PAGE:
Q On the 16th was there, do you remember if there was a particular gauge that based upon experience in reading gauges and relative wattage that would indicate whether or not a power source or transmission was operating in excess of four watts?
A Well, based on my experience, while we were locating the station, I observed that they had, a signal strength meter was indicating that it was a rather strong signal, probably more than four watt station; yes.
MR. PIKE: All right. I have nothing further.
Pardon me, what would that indicate if it were in excess of four watts?
A That would indicate that the station was operating with either a transmitter that had higher output power than four watts or Linear Amplifier that put out more than four watts. (TR pp. 235--36)
The foregoing is the only evidence as to the output of the transmitter at any time prior to May 4. On cross-examination in the Government's case-in-chief, Smith had testified:
Q Now, at no time during either of these transmissions of the 19th or 20th did you gauge the strength of them; is that correct?
THE COURT: What do you mean by 'gauge'?
MR. FADGEN: Measure.
A I don't really know what you mean. I'm still confused.
Q (By Mr. Fadgen) The power output, did you measure the power output of the transmissions of the 19th or 20th?
A The only way you can measure power output is by physically measuring it on the transmitter.
Q And you did not do that; is that correct?
A No. (TR pp. 106--07)
Montgomery, an agent who was monitoring the broadcast with Smith, testified in his cross-examination as follows:
A I stated that we did not make measurements because we did not have the equipment to make measurements with us at that time.
Q That's on the 19th?
A That was on the 16th.
Q The 16th. All right. When did you measure the output of the Oxendine radio?
A I did not measure the output.
Q (By Mr. Fadgen) Who did?
A From the time that we, our group was in Las Vegas, until the time we left, the output was not measured. I believe there might have been, I think there were some measurements made by some of the other engineers in corroboration with the FBI at a later time, but I was not involved in this. (TR pp. 49--50)
The reference to other engineers' acting in corroboration with the FBI refers to the measurements made on May 4th. It appears to us that the Government witnesses, at the time of their testimony in the case-in-chief, were unwilling to rely on the signal strength meter as a measuring device. They both said that they had no equipment with which to measure signal strength. In light of the testimony which had been given in the Government's case-in-chief, we do not regard Smith's opinion, which stated only a probability of an output of more than four watts on April 16th, as sufficient to support a finding that there was in fact an output of more than four watts on that day.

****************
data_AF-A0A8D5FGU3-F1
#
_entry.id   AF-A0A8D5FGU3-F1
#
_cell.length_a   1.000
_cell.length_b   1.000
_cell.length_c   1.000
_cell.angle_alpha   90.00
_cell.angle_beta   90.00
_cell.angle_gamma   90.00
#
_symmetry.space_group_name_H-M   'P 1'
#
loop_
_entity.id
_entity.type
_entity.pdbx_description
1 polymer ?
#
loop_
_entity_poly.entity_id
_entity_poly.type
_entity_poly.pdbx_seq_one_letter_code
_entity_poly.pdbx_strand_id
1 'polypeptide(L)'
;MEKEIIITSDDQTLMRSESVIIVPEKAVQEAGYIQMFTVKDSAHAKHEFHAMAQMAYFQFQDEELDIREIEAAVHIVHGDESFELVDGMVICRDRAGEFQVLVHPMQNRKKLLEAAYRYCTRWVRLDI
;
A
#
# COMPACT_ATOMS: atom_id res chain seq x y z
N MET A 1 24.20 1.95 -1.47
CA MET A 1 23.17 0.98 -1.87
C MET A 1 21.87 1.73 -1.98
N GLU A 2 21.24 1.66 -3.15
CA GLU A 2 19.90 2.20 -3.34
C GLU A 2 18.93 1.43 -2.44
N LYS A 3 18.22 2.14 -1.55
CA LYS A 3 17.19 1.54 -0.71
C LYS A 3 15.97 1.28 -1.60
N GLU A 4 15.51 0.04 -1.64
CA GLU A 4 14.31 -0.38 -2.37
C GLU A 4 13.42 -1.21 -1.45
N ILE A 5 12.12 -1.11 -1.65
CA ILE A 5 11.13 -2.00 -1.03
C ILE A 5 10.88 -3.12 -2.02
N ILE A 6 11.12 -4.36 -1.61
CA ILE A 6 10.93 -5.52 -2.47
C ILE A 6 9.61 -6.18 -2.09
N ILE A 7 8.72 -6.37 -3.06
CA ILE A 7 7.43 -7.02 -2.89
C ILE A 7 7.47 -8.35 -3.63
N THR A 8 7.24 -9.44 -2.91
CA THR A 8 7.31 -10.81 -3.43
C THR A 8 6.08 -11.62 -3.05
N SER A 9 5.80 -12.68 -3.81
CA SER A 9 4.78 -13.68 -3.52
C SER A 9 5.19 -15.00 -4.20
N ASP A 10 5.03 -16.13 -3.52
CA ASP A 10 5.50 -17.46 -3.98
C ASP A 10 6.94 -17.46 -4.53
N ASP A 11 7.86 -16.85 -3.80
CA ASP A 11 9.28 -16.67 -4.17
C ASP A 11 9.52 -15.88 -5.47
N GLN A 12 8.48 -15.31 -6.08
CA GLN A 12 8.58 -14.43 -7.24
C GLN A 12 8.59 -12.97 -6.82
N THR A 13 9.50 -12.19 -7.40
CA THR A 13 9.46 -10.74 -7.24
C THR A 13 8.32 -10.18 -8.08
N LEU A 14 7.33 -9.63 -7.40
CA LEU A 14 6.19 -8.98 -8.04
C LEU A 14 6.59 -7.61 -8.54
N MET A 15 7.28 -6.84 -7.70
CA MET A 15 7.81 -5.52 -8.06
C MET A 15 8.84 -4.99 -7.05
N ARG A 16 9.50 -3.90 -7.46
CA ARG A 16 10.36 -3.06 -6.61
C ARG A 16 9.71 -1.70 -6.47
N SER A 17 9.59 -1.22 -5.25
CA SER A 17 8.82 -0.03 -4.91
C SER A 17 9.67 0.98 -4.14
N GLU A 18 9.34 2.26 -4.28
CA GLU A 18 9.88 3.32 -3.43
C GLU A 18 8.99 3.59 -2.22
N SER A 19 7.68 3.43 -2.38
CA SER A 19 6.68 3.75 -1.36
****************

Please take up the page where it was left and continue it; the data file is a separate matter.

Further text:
The Government's case rests, therefore, on the fact that defendant did acquire the amplifier from which an intent to use can be inferred, the fact that at some time prior to trial the amplifier was used, the fact that the defendant's denial of use on April 19th and 20th was equivocal, and the fact that, after the event and on May 4th, the amplifier was connected to the transmitter. All of this does not, in our opinion, satisfy the Government's heavy burden of proving that on the two particular days, that is, April 19th and April 20th, the amplifier was in fact used.
The judgment of conviction is reversed, and the cause is remanded with directions to dismiss.
The Honorable Russell E. Smith, Chief Judge of the United States District Court for the District of Montana, sitting by designation
The United States cites the case of Gagliardo v. United States, 366 F.2d 720 (9th Cir. 1966). The Gagliardo case was a prosecution for the transmission of obscenity under 18 U.S.C. § 1464. That section does not, as does 18 U.S.C. § 875(c), specifically require a transmission in interstate commerce, and Gagliardo is not in point here
The 'double six' reference would have identified defendant to whoever was listening to his broadcast